Manhattan Levee Project

photo of existing levee

The Manhattan Levee was authorized by the federal government in 1954 and construction was completed in 1963. The levee protects approximately 1,600 acres of land, 7,600 residents, and $1.4 billion of public and private infrastructure, including the post office, water treatment plant, wastewater treatment plant, multiple elementary schools, and the ninth grade center.

However, the levee does not provide the level of flood protection to which it was originally designed. A feasibility study conducted by the The U.S. Army Corps of Engineers (USACE) recommends raising the levee by an average of 1.5 feet, with a maximum raise of 3.3 feet in some sections, in order to protect the community from a 1% (or 100 year) flood event. 

The USACE has entered into a public partnership agreement with the City to raise 4 miles of the levee along Hayes Drive to the Big Blue and Kansas Rivers. The project will also rehabilitate and/or replace the original gate structures and technology as needed. The agreement stipulates the City will pay for 35% of the project costs.

Timeline: Design will be complete in 2020. Construction will occur from 2021-2023.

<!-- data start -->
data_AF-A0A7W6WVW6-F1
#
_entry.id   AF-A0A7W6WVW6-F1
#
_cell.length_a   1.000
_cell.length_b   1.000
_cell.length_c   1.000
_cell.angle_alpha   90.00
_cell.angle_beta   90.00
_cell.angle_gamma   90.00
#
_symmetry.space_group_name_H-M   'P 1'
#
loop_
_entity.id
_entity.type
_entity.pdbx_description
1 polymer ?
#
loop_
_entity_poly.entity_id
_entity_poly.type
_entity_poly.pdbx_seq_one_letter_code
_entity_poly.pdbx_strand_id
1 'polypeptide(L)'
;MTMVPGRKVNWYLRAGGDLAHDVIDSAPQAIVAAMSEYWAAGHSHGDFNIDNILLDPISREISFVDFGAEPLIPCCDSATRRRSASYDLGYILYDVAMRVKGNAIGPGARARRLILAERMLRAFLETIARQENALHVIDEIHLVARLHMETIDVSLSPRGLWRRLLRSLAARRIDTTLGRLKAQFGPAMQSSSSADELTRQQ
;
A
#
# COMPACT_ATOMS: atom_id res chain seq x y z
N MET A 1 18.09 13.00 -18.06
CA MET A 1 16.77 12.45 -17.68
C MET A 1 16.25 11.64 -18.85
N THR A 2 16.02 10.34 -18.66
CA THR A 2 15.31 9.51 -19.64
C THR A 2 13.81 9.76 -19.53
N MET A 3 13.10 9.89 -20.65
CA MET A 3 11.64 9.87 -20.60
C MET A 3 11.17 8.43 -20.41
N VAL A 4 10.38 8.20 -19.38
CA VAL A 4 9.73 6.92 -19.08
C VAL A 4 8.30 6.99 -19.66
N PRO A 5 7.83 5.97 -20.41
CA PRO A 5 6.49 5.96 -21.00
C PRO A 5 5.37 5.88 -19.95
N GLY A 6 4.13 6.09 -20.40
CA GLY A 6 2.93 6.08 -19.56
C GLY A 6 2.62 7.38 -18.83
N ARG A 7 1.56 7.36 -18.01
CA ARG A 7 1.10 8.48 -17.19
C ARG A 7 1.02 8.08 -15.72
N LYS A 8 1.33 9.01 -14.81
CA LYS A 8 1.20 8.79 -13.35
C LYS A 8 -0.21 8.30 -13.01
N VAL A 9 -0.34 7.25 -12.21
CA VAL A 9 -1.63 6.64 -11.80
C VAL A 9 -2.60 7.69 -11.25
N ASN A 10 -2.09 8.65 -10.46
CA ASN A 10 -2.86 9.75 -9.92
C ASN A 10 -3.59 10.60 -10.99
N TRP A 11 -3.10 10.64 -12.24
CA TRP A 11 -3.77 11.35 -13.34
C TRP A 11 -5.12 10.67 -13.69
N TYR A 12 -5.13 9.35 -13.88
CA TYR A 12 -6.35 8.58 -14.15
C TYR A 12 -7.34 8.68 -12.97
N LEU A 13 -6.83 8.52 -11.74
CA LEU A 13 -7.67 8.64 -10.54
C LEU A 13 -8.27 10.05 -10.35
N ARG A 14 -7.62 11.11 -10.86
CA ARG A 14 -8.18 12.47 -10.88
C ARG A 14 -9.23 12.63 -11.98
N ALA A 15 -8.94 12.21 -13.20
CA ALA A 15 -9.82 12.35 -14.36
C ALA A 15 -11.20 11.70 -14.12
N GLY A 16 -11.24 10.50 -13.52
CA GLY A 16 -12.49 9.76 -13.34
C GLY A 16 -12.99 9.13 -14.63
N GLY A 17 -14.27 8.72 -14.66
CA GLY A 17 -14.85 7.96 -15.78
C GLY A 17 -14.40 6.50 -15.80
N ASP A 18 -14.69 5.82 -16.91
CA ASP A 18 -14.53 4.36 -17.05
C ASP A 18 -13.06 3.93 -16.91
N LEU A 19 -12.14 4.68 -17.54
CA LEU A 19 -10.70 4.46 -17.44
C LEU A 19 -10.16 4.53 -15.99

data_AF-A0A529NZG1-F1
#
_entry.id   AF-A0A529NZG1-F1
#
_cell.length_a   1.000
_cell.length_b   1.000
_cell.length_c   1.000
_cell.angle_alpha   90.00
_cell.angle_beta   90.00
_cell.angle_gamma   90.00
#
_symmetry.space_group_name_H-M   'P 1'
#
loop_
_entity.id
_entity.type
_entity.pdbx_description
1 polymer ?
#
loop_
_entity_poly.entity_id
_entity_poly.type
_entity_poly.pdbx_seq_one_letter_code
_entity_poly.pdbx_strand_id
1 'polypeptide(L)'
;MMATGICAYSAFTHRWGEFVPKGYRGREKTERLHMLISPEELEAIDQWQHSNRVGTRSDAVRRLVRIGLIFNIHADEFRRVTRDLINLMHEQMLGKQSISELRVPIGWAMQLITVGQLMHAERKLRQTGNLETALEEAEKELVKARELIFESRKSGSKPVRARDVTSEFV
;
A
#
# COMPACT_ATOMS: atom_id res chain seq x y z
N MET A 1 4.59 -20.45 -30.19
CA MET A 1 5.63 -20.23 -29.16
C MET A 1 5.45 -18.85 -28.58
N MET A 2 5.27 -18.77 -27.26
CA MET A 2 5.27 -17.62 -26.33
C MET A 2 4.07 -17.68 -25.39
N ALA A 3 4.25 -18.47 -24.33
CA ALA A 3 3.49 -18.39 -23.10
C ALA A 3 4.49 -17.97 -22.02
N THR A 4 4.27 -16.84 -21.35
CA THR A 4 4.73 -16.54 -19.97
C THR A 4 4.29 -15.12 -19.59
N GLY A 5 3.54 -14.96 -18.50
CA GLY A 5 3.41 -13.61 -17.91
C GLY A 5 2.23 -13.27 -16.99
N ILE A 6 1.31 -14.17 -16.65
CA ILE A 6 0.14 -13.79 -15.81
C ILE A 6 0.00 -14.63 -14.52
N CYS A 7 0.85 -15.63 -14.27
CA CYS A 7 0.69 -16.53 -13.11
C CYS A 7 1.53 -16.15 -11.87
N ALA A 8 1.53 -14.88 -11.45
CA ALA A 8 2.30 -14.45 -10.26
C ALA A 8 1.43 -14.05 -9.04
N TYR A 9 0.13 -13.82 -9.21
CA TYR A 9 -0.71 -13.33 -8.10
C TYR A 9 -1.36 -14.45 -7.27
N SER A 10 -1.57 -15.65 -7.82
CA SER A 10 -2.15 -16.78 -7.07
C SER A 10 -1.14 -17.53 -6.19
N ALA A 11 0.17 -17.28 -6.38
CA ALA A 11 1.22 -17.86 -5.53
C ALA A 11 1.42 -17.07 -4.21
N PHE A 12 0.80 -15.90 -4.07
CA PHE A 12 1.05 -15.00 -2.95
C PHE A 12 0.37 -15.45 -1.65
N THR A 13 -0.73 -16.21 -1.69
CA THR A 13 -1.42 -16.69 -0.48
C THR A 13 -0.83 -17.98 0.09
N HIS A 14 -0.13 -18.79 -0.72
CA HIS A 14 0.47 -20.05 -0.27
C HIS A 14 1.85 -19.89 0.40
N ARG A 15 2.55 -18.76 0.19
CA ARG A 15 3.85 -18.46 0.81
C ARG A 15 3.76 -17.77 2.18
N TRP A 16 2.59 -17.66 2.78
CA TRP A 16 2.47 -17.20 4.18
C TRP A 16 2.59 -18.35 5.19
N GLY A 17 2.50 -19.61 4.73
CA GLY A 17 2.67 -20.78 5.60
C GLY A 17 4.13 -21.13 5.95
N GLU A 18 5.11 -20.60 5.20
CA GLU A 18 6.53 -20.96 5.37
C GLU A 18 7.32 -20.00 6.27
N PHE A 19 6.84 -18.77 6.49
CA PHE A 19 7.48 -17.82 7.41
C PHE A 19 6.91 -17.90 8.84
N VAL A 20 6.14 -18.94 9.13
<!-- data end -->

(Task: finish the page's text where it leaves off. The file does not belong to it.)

Total Project Cost: $33 Million

  • Federal match: $19.6 million
  • Local match (0.3% Sales Tax): $13.4 million 
map of levee and area it protects


During the peak of the 1993 flood, with approximately 58,800 cubic feet per second (cfs) flow released from Tuttle Creek Lake and approximately 100,000 cfs flowing in the Kansas River, the water surface approached the top of the levee on the Big Blue River segment.  The levee system was originally designed to pass significantly higher flows with a greater margin of safety.  The City and the USACE became very concerned  that the levee may not provide the intended level of protection when it was originally designed.

Over the course of the next 10 years, the USACE completed a fully federally-funded reconnaissance study in 2004 and determined raising the levee and improvements to gate structures were necessary to provide the necessary protection. Since then, it took nearly 15 years for the federal government to conduct a feasibility study and approve funding for the project.